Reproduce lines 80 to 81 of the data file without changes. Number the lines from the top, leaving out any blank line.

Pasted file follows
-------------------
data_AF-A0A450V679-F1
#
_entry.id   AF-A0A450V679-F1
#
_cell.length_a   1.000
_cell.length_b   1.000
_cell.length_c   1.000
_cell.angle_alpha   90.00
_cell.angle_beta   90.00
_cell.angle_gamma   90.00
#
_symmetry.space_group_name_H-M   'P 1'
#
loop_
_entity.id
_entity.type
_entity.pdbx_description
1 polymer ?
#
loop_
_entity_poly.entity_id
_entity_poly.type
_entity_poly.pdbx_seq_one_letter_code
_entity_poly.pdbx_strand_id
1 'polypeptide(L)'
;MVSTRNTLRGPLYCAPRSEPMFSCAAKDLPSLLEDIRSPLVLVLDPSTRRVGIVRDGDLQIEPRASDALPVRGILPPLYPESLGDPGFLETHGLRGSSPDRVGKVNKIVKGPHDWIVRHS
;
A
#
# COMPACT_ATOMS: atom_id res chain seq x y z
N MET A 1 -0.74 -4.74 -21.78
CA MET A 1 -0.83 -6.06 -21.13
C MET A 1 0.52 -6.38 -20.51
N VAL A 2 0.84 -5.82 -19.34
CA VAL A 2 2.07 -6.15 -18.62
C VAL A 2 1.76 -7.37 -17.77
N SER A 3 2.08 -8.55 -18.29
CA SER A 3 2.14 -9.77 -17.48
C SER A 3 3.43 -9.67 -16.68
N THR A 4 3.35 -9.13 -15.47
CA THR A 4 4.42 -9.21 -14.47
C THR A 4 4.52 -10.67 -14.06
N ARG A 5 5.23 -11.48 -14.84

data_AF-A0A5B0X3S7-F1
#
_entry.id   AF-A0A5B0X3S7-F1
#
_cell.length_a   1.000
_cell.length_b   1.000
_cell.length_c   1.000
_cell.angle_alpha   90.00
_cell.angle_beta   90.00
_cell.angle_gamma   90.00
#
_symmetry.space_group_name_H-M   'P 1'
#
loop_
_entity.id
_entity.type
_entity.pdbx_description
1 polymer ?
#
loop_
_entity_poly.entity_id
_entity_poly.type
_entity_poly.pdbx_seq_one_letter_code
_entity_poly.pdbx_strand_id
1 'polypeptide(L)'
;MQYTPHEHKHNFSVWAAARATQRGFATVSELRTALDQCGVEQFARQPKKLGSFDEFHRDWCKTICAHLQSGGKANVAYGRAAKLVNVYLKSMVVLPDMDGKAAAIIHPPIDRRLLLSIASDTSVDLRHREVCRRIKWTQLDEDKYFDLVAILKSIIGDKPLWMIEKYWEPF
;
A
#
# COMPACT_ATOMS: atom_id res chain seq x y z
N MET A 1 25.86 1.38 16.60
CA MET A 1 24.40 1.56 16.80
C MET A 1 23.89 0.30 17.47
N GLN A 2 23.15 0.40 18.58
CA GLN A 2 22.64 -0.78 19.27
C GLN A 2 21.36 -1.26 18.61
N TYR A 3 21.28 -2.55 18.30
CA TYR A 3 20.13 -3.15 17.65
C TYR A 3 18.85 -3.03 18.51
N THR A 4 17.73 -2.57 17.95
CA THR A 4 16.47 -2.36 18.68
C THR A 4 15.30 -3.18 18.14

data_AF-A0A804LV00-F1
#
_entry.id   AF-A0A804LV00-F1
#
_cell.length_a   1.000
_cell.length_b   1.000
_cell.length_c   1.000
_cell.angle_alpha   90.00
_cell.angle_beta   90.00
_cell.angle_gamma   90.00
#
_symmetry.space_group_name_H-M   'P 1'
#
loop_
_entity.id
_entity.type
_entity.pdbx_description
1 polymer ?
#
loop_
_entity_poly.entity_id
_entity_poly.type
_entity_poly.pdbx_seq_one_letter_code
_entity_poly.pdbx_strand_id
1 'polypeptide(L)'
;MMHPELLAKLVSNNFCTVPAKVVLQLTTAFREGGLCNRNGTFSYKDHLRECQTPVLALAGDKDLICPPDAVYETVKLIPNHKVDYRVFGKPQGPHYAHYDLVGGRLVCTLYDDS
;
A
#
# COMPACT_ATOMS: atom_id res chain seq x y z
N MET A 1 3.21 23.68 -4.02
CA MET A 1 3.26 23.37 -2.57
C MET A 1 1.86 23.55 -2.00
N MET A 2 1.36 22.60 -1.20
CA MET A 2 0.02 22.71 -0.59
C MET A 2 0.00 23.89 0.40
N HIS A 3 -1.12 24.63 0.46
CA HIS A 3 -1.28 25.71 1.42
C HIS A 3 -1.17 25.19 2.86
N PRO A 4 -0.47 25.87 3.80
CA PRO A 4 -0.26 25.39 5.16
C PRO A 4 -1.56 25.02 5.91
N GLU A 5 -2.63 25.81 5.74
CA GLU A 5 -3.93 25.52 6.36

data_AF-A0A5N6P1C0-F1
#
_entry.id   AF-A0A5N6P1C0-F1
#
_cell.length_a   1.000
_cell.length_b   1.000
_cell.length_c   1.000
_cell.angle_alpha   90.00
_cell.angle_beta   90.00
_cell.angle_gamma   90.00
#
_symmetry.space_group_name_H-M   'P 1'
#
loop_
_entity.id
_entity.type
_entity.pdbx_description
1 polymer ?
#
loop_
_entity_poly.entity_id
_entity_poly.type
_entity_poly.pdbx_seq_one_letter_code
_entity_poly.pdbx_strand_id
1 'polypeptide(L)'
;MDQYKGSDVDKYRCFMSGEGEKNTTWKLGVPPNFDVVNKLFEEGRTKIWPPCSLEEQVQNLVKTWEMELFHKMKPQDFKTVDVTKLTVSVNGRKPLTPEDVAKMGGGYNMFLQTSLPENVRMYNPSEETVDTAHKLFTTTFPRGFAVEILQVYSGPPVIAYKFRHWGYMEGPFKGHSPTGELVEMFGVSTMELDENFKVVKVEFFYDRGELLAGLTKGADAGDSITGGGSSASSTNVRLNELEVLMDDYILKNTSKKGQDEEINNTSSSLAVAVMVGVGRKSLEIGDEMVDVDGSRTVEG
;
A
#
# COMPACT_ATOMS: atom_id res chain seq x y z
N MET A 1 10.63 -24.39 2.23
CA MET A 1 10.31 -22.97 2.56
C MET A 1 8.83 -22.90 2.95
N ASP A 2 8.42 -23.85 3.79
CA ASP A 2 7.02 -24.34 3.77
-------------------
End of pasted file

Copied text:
N TYR A 3 21.28 -2.55 18.30
CA TYR A 3 20.13 -3.15 17.65